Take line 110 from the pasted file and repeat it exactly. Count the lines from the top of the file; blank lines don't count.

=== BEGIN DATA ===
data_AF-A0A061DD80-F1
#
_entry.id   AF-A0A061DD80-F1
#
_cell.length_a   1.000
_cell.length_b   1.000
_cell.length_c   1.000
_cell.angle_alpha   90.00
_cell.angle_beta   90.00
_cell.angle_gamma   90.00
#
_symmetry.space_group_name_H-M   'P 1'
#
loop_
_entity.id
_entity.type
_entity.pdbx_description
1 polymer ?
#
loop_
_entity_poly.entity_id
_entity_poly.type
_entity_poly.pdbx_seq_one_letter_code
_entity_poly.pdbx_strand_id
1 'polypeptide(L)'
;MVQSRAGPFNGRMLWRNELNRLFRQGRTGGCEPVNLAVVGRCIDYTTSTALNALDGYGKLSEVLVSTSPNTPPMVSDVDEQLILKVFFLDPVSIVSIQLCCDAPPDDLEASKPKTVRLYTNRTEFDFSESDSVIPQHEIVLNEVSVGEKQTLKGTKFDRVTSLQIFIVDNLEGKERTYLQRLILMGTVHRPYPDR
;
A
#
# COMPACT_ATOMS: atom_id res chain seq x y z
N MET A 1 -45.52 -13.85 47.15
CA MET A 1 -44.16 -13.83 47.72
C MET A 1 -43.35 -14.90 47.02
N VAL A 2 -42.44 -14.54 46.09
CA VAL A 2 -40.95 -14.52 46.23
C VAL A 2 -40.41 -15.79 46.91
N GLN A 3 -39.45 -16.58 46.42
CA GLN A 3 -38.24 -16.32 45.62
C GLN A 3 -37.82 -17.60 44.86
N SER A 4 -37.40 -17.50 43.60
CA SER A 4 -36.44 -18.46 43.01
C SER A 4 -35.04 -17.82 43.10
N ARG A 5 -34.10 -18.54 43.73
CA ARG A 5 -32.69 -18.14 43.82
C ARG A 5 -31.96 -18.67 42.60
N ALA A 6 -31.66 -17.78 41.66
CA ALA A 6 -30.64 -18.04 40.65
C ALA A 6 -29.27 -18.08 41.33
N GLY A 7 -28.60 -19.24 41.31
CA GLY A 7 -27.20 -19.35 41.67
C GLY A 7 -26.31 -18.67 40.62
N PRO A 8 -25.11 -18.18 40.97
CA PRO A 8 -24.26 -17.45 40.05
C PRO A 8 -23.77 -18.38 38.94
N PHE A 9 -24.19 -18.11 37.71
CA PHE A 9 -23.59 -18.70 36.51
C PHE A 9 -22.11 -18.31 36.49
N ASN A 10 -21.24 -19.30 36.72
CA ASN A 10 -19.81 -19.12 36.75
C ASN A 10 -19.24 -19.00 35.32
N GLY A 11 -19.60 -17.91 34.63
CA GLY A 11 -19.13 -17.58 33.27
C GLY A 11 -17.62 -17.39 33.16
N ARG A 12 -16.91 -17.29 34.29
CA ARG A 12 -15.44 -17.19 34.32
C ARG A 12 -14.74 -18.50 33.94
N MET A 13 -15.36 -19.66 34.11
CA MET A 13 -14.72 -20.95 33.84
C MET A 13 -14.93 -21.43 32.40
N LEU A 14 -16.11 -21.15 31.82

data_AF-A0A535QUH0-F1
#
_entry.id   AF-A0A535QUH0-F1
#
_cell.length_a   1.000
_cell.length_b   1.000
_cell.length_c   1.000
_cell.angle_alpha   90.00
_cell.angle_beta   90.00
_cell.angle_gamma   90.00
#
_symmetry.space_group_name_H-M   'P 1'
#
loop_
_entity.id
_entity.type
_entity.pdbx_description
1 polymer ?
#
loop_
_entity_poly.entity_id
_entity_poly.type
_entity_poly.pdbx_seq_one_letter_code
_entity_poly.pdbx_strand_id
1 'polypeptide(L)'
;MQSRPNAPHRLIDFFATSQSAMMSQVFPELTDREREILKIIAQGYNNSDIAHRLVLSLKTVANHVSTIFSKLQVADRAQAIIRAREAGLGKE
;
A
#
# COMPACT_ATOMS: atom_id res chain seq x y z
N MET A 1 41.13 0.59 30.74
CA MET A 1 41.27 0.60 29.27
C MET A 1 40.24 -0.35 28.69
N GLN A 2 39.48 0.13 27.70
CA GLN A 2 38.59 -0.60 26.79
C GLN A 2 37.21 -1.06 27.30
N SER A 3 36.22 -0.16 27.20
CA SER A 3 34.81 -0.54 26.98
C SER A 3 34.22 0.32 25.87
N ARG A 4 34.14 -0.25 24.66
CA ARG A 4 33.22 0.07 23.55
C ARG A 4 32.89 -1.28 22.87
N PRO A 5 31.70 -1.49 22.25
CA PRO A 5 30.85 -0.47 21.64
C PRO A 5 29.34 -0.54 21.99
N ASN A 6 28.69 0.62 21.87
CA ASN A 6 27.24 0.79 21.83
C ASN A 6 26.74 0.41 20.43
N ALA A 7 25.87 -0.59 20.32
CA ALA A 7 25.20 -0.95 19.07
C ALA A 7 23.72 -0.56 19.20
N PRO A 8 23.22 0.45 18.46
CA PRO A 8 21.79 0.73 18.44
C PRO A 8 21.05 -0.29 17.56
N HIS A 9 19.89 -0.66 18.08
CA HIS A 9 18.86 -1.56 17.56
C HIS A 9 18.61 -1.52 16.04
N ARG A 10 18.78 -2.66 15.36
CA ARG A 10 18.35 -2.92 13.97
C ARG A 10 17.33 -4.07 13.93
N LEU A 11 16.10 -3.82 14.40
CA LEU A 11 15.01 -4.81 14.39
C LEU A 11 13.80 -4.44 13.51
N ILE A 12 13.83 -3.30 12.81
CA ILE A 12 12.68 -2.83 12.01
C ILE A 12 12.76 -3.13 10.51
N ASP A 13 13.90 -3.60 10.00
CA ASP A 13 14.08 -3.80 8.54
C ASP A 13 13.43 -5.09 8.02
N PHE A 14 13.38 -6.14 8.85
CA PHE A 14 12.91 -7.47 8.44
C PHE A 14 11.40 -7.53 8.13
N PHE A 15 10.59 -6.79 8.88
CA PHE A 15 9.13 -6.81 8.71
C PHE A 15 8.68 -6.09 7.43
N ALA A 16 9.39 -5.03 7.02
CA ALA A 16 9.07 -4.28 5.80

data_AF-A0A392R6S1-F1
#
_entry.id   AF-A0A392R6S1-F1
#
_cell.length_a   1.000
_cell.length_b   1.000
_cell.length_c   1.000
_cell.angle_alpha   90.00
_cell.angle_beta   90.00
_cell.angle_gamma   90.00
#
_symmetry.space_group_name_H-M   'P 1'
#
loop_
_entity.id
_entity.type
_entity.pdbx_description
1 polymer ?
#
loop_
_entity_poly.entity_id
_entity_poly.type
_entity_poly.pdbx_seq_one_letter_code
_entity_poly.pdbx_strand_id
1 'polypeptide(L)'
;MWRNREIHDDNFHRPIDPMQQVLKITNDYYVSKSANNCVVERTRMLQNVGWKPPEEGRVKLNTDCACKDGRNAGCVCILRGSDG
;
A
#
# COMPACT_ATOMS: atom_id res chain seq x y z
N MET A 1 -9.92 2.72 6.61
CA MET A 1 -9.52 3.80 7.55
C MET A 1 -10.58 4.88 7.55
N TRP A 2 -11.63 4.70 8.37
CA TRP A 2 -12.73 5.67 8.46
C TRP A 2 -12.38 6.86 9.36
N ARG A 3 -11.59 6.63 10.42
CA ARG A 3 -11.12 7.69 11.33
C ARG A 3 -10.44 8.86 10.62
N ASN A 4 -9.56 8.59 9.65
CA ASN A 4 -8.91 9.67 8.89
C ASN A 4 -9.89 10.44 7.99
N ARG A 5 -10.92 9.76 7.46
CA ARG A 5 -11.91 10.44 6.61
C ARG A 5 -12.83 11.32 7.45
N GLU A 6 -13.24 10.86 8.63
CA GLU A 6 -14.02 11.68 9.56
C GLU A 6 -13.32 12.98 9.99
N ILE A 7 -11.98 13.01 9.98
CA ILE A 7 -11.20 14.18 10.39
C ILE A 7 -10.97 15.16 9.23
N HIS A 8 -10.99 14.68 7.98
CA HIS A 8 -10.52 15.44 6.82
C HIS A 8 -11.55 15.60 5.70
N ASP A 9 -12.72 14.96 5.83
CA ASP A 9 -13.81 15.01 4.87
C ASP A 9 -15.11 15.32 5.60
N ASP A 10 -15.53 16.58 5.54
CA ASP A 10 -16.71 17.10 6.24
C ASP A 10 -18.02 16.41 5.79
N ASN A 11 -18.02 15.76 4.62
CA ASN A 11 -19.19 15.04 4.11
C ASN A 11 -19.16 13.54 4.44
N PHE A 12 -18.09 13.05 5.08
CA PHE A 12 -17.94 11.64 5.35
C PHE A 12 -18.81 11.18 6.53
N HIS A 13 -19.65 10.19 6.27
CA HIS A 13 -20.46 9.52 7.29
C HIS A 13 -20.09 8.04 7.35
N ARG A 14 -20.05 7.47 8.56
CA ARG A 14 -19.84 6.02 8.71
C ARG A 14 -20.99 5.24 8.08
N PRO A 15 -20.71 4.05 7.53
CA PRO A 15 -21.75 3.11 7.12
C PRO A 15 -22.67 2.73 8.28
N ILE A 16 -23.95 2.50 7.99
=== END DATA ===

N ARG A 4 34.14 -0.25 24.66